Nesreen, 35, comes from Deraa, Syria and now lives in Jordan.
Nesreen arrived in Jordan at the beginning of 2013. “We got here through Za’atari camp [where we stayed] for 2 years. I came here from Syria with my 3 girls and, when we were at the camp, I got pregnant with Aya.” Aya was born with epilepsy. Nesreen and her family had to leave the camp, and resettle in El Karak, where treatment for Aya is available. They have been living there for the past 5 years. In the meantime, one of Nesreen’s daughters got married and does not live with the family anymore.
Their financial situation is grim. Her husband cannot find work and their family has to rely on external financial support. “We get income from the UN and I also receive aid for Aya’s condition. This is the only income we have every month and it’s not enough. We are 5 people and, if we get a work opportunity, I’m the only one who works.”
I am more valued because I’m the one working hard and providing for the family. [...] It changed a lot of things at home. Before I started working, I was depressed at home…[...][my daughters] would not ask for anything, but now they have the courage to ask because they know that their mother works and has a salary.
Thanks to a workshop she registered for, however, Nesreen is learning how to sew. “I was a beginner when I started the workshop. [...] They taught us how to use the [sewing] machine, to join the thread with the needle, how to remove it, the foot motion… they taught us all of this and we started stitching and sewing.” In addition, attendees to the workshop have access to a daily allowance that also covers transportation. “I benefitted a lot from it. My daughters used to walk every day for 30 minutes in the freezing cold and rain to get to school and now they take the bus. Aya’s treatment was a burden on me, especially when I couldn’t afford her medicines. He treatment shouldn’t be stopped, so when I couldn’t afford her treatment, I had to borrow from the pharmacy. But now, thankfully, we will be able to cover the cost.” explains Nesreen.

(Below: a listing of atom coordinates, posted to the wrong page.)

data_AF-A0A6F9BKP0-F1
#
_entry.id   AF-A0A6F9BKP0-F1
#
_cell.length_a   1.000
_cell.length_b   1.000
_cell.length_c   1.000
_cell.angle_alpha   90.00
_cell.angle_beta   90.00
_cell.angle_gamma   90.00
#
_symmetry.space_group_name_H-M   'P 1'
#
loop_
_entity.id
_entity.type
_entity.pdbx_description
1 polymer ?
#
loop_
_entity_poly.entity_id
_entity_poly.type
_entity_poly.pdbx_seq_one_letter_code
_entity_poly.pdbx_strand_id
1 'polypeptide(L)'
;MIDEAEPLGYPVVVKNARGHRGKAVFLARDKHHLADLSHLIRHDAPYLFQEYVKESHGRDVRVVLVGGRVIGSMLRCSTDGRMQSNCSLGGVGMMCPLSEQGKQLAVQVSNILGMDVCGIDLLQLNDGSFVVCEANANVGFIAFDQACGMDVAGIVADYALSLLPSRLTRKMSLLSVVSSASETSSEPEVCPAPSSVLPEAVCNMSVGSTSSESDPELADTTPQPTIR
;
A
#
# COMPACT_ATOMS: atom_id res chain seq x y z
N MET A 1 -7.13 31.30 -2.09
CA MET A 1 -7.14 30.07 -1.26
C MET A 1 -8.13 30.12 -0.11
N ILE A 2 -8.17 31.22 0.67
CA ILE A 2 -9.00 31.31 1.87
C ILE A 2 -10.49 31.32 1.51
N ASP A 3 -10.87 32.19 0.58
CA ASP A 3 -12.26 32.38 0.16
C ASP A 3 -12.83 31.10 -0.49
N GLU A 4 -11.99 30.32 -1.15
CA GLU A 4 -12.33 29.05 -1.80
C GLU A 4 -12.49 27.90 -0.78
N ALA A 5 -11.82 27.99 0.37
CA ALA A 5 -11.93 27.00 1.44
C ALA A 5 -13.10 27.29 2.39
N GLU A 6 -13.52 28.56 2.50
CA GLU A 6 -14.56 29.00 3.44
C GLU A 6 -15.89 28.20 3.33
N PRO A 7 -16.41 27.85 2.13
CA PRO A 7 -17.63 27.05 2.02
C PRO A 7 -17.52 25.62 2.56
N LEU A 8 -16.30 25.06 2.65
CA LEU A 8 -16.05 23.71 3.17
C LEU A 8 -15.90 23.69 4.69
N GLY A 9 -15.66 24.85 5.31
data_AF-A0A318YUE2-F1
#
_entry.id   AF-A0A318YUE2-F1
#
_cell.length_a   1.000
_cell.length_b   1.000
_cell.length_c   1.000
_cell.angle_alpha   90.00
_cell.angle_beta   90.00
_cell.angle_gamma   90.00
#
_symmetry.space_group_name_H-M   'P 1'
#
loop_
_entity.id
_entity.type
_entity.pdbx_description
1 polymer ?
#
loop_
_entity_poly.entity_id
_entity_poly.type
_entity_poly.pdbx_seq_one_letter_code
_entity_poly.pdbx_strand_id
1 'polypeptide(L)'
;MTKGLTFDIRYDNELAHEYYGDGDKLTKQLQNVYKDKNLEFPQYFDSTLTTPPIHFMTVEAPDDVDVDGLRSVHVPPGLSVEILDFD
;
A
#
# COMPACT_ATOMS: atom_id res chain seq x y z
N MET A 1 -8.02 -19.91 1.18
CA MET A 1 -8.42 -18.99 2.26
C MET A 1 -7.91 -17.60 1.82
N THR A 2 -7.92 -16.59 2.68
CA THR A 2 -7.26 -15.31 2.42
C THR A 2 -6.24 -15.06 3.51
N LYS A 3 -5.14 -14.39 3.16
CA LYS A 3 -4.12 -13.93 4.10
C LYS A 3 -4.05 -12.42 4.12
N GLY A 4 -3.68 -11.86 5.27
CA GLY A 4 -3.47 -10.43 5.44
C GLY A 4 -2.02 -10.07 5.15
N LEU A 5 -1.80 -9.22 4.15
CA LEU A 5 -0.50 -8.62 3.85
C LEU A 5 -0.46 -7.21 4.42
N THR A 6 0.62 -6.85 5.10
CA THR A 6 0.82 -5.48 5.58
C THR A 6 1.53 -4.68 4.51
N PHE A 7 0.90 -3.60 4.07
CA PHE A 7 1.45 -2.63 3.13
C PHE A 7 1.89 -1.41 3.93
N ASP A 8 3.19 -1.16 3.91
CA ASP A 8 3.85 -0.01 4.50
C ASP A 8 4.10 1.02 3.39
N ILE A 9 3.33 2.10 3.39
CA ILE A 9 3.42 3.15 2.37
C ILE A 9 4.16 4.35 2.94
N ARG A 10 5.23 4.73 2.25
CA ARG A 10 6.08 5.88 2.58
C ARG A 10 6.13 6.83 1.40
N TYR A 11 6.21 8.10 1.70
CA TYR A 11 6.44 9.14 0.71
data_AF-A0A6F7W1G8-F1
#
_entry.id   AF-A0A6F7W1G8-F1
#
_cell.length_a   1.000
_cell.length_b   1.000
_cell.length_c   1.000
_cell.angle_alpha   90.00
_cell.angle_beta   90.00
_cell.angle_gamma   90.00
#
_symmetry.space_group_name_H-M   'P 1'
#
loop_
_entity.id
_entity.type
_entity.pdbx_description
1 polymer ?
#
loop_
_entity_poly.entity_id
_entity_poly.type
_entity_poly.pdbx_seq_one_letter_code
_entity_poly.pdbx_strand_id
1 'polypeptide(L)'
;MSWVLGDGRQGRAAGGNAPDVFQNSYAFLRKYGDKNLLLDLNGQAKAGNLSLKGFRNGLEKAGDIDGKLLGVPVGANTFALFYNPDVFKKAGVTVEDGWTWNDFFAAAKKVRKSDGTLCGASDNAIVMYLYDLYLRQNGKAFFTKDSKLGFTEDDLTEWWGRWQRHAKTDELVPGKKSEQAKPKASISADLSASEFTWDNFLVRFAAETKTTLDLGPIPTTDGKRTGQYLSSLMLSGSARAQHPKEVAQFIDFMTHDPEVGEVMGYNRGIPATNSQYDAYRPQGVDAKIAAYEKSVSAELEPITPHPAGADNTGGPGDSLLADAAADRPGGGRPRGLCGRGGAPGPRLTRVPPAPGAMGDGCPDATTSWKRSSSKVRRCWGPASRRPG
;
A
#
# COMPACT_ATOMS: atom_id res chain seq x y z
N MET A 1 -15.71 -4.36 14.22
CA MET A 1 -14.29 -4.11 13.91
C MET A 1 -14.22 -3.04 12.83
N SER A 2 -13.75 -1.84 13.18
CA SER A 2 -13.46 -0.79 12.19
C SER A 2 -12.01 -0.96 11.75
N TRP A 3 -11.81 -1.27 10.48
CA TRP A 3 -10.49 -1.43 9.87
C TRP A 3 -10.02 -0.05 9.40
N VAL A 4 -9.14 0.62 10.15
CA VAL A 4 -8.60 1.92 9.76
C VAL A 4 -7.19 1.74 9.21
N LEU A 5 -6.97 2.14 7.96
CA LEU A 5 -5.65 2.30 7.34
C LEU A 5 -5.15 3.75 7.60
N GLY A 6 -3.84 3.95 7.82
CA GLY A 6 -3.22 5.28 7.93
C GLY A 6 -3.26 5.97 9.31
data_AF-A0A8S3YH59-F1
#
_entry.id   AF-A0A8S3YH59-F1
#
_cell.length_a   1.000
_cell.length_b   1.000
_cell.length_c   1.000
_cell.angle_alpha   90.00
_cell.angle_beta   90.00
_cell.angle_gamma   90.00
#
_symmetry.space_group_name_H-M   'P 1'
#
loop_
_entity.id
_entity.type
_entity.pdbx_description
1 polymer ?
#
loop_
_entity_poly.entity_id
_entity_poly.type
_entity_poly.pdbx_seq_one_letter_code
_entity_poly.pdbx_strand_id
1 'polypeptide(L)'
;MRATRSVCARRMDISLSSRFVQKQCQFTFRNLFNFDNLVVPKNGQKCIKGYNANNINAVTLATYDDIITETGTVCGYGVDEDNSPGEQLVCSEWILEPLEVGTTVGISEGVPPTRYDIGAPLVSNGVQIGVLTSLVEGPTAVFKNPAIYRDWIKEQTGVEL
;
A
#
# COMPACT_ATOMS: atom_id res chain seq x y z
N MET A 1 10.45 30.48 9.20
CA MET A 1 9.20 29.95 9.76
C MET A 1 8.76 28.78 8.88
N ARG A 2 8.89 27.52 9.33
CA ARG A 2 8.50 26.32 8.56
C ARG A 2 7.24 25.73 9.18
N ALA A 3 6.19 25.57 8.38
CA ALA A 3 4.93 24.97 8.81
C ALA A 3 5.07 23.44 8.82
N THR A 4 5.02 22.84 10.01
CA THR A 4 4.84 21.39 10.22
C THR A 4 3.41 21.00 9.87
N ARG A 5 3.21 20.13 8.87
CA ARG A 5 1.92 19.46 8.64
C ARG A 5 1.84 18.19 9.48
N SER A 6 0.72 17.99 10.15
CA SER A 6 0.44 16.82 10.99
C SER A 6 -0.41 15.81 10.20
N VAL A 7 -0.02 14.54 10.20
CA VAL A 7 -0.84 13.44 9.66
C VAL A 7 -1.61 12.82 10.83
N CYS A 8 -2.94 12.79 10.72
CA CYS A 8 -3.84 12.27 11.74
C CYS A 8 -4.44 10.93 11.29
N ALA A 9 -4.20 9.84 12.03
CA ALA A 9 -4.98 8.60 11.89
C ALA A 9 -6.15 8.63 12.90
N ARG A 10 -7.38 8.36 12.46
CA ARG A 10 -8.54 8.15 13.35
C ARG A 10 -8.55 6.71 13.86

“My hope is to work and to manage my household efficiently. I would like my girls to pursue their education. I do not want them to stay at home, like I did. [...] I want my girls to learn and become successful.”